Liability is a complex matter that can involve multiple parties, and the general contractor is certainly one of them.
In regard to highway construction, a contractor can be held liable for myriad reasons. Our Jacksonville construction lawyers are here with an in-depth explanation of these intricacies. This is Part 1 of a three-part article; today we will present the statistics regarding construction zone accidents and examine the meaning of “reasonable precautions.” In Part 2, we will cover instances in which the contractor is typically not liable. In Part 3, we will discuss instances in which the contractor could be liable, and how to protect yourself.
Highway Construction Zone Accidents
Approximately 85 percent of people killed in work zones are not workers but motorists.
According to the Federal Highway Administration, an average of 750 people per year were killed in work zone crashes from 1982 to 2014. There are also over 40,000 construction and maintenance zone crash injuries in an average year.
Of the highway construction accidents that caused injury or loss of life, some of the top causes were as follows:
- Difficult construction zone intersections: This refers to when a driver did not have adequate time to navigate the zone (for example, to merge or change lanes) while driving at full highway speed.
- Failure to post construction signs: This is when the construction site was improperly zoned or did not have enough signs to warn drivers.
- Inadequately maintained highways: This includes flaws such as highway barriers, improper lighting, obstructed roads, pavement defects, potholes, and other flaws having to do with road maintenance.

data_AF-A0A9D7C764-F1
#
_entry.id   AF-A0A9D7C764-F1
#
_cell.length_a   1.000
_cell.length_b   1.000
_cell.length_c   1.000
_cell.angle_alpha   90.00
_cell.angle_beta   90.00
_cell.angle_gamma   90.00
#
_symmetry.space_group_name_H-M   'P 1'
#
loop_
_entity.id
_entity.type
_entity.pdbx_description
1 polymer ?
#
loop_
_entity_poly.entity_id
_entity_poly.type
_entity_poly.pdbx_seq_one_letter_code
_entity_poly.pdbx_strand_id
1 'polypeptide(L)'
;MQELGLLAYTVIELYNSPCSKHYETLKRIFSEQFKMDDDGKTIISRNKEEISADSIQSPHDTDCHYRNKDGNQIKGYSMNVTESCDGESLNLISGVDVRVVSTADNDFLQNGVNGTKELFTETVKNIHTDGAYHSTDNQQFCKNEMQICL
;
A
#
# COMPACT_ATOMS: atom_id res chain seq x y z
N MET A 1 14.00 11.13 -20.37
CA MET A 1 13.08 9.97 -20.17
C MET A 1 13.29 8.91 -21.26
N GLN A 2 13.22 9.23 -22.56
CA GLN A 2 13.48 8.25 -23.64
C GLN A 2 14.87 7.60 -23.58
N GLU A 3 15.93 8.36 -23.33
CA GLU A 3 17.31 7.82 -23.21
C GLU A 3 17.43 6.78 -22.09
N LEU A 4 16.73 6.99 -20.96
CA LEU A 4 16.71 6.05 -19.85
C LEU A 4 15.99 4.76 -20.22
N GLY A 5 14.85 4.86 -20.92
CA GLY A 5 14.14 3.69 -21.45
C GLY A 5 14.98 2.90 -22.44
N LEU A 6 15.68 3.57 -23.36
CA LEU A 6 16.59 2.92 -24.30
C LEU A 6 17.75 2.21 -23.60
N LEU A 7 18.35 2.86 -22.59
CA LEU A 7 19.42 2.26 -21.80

Exercising “Reasonable Precautions”
Since it is so pivotal to a liability case’s outcome, our Jacksonville construction lawyers would like to cover what it means for a contractor to exercise “reasonable precautions.”
As with many legal matters, the criteria regarding reasonable precautions vary from state to state. Generally speaking, the precautionary measures are meant to ensure that construction interferes as little as possible with highway drivers.
Most courts include the following:
- Barricades that isolate construction zones from highways
- Limiting construction to times with the lowest driver levels
- Proper lighting that ensures drivers can see the construction zone
- Signage indicating construction and warning drivers of the oncoming hazards
The Florida Department of Transportation’s Standard Specifications for Road and Bridge Construction 2010 is a great resource. It is always best to seek legal counsel from a Jacksonville construction lawyer when interpreting this or any document.
Disclaimer: The information contained in this article is for general educational information only. This information does not constitute legal advice, is not intended to constitute legal advice, nor should it be relied upon as legal advice for your specific factual pattern or situation.